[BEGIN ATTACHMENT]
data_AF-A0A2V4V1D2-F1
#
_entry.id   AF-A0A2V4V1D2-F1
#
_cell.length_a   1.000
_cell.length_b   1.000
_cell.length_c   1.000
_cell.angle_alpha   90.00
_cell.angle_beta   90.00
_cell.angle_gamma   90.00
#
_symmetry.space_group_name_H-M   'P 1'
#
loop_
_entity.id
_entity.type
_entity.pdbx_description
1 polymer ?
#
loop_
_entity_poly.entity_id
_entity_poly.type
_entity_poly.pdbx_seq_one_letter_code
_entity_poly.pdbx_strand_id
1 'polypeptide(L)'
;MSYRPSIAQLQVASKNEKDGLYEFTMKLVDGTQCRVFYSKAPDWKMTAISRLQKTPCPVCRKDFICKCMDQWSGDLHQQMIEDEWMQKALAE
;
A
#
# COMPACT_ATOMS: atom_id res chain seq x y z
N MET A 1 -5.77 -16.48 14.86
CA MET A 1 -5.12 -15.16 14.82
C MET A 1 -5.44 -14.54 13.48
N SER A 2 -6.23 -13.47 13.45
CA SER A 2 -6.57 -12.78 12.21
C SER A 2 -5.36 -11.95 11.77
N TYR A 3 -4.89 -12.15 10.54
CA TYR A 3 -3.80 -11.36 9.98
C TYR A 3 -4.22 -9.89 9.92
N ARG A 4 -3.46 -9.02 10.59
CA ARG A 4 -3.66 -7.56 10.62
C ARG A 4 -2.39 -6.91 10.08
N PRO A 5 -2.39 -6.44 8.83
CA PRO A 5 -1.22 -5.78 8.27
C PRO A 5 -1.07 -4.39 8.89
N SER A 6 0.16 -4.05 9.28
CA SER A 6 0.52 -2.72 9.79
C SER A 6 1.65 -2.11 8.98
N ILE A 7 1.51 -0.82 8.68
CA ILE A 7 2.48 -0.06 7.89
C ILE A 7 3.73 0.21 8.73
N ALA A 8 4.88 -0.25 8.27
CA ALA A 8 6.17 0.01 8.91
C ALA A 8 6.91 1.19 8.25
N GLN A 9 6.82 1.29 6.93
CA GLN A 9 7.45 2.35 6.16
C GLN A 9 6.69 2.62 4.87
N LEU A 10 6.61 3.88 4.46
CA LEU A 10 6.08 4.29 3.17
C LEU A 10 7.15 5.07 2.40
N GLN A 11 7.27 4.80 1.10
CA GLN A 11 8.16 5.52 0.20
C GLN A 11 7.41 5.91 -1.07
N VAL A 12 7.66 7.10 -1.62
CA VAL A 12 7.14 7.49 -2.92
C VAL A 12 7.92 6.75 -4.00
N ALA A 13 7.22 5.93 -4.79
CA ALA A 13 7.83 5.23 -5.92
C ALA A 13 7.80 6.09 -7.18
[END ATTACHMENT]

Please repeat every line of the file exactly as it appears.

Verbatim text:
data_AF-A0A2V4V1D2-F1
#
_entry.id   AF-A0A2V4V1D2-F1
#
_cell.length_a   1.000
_cell.length_b   1.000
_cell.length_c   1.000
_cell.angle_alpha   90.00
_cell.angle_beta   90.00
_cell.angle_gamma   90.00
#
_symmetry.space_group_name_H-M   'P 1'
#
loop_
_entity.id
_entity.type
_entity.pdbx_description
1 polymer ?
#
loop_
_entity_poly.entity_id
_entity_poly.type
_entity_poly.pdbx_seq_one_letter_code
_entity_poly.pdbx_strand_id
1 'polypeptide(L)'
;MSYRPSIAQLQVASKNEKDGLYEFTMKLVDGTQCRVFYSKAPDWKMTAISRLQKTPCPVCRKDFICKCMDQWSGDLHQQMIEDEWMQKALAE
;
A
#
# COMPACT_ATOMS: atom_id res chain seq x y z
N MET A 1 -5.77 -16.48 14.86
CA MET A 1 -5.12 -15.16 14.82
C MET A 1 -5.44 -14.54 13.48
N SER A 2 -6.23 -13.47 13.45
CA SER A 2 -6.57 -12.78 12.21
C SER A 2 -5.36 -11.95 11.77
N TYR A 3 -4.89 -12.15 10.54
CA TYR A 3 -3.80 -11.36 9.98
C TYR A 3 -4.22 -9.89 9.92
N ARG A 4 -3.46 -9.02 10.59
CA ARG A 4 -3.66 -7.56 10.62
C ARG A 4 -2.39 -6.91 10.08
N PRO A 5 -2.39 -6.44 8.83
CA PRO A 5 -1.22 -5.78 8.27
C PRO A 5 -1.07 -4.39 8.89
N SER A 6 0.16 -4.05 9.28
CA SER A 6 0.52 -2.72 9.79
C SER A 6 1.65 -2.11 8.98
N ILE A 7 1.51 -0.82 8.68
CA ILE A 7 2.48 -0.06 7.89
C ILE A 7 3.73 0.21 8.73
N ALA A 8 4.88 -0.25 8.27
CA ALA A 8 6.17 0.01 8.91
C ALA A 8 6.91 1.19 8.25
N GLN A 9 6.82 1.29 6.93
CA GLN A 9 7.45 2.35 6.16
C GLN A 9 6.69 2.62 4.87
N LEU A 10 6.61 3.88 4.46
CA LEU A 10 6.08 4.29 3.17
C LEU A 10 7.15 5.07 2.40
N GLN A 11 7.27 4.80 1.10
CA GLN A 11 8.16 5.52 0.20
C GLN A 11 7.41 5.91 -1.07
N VAL A 12 7.66 7.10 -1.62
CA VAL A 12 7.14 7.49 -2.92
C VAL A 12 7.92 6.75 -4.00
N ALA A 13 7.22 5.93 -4.79
CA ALA A 13 7.83 5.23 -5.92
C ALA A 13 7.80 6.09 -7.18